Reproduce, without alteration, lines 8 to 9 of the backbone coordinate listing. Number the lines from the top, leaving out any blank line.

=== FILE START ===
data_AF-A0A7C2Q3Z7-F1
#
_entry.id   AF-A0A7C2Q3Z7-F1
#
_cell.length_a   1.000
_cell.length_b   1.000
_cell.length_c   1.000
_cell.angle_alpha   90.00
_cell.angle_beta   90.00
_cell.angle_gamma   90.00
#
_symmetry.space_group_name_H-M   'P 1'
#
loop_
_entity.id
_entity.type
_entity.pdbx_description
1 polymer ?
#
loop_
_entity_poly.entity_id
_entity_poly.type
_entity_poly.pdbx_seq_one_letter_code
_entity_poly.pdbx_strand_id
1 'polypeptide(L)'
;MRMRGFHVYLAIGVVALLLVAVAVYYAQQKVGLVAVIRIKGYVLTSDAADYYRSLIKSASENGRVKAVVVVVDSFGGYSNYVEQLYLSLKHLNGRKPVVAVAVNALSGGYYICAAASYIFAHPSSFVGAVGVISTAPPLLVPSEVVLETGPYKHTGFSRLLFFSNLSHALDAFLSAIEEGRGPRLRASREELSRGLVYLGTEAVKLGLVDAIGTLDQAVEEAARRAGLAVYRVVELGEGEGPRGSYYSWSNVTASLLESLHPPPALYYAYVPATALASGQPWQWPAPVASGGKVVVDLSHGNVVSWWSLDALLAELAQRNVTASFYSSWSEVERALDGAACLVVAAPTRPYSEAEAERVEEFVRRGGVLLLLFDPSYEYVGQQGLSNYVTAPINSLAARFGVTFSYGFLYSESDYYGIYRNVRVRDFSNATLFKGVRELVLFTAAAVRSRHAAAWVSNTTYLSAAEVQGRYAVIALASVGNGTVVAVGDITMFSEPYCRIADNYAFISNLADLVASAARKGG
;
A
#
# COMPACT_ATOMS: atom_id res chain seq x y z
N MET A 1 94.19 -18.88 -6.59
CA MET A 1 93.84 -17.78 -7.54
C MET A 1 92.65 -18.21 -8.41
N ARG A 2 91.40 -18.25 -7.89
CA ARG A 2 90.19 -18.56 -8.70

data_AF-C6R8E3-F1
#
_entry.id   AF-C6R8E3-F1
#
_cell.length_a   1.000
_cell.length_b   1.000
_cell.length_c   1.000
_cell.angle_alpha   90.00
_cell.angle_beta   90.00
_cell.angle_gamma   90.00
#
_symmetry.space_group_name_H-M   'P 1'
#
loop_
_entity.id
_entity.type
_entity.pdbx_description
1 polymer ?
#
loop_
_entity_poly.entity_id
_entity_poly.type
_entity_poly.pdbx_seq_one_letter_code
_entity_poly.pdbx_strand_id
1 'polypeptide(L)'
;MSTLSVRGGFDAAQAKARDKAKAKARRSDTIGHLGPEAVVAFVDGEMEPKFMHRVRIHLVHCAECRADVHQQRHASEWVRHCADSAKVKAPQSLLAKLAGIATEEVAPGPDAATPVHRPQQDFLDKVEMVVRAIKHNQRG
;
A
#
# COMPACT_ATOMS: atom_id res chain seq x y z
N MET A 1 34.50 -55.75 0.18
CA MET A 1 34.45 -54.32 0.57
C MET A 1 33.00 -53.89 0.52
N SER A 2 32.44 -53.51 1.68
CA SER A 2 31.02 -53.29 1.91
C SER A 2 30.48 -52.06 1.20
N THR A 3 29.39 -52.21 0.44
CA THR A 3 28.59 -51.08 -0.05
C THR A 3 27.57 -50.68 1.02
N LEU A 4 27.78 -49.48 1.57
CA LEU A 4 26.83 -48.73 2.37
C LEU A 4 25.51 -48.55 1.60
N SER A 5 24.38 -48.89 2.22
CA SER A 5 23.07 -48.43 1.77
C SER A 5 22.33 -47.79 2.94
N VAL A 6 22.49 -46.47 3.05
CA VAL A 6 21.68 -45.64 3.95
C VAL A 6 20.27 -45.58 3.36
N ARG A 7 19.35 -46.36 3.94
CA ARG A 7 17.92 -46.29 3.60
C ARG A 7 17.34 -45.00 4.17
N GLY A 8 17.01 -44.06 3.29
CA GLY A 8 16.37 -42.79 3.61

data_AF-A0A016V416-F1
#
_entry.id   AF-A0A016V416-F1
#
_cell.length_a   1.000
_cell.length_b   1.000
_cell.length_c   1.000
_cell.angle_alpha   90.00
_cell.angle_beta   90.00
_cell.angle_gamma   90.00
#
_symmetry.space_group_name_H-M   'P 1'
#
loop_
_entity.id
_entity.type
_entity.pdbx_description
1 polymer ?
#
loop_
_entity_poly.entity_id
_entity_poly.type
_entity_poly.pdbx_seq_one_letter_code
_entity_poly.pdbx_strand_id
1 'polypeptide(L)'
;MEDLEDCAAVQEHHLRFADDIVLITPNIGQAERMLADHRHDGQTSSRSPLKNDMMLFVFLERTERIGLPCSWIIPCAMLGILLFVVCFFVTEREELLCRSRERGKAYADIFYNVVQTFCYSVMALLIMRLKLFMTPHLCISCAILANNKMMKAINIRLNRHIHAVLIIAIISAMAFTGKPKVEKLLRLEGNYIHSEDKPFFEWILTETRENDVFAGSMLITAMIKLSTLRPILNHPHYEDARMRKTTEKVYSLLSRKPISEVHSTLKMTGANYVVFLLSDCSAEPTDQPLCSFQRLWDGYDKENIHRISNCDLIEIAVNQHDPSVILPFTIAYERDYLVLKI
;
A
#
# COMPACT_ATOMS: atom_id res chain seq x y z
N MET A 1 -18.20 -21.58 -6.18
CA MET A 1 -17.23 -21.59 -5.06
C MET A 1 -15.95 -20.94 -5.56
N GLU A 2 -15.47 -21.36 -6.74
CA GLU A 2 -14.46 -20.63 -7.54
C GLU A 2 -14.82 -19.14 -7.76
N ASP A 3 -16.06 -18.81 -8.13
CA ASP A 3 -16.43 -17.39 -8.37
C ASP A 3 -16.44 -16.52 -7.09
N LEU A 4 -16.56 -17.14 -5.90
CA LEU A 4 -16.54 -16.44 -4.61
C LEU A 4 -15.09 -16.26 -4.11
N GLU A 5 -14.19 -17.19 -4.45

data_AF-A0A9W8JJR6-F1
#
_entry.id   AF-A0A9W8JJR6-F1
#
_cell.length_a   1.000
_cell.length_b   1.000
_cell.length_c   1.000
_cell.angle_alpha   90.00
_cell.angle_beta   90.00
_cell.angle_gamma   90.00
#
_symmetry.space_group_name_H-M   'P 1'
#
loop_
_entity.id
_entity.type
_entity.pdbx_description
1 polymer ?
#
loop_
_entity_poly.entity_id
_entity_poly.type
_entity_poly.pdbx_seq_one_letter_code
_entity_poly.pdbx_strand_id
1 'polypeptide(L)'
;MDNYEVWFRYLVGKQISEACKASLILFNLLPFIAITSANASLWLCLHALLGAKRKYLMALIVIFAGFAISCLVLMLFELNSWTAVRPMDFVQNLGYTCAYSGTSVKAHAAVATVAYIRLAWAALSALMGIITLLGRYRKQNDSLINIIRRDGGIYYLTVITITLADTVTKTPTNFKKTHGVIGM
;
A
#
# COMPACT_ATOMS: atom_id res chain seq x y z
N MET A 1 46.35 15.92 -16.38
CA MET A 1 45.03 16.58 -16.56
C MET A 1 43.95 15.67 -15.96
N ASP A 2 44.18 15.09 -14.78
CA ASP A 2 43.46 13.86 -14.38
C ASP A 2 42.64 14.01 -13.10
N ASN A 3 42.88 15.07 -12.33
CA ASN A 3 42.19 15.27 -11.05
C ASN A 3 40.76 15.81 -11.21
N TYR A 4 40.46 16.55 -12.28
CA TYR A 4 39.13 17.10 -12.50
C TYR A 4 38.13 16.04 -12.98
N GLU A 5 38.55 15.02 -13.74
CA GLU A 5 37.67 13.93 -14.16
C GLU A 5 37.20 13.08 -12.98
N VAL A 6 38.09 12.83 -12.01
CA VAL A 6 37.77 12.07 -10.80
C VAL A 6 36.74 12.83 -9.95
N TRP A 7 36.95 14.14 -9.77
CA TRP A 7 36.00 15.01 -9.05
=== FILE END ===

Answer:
_cell.angle_alpha   90.00
_cell.angle_beta   90.00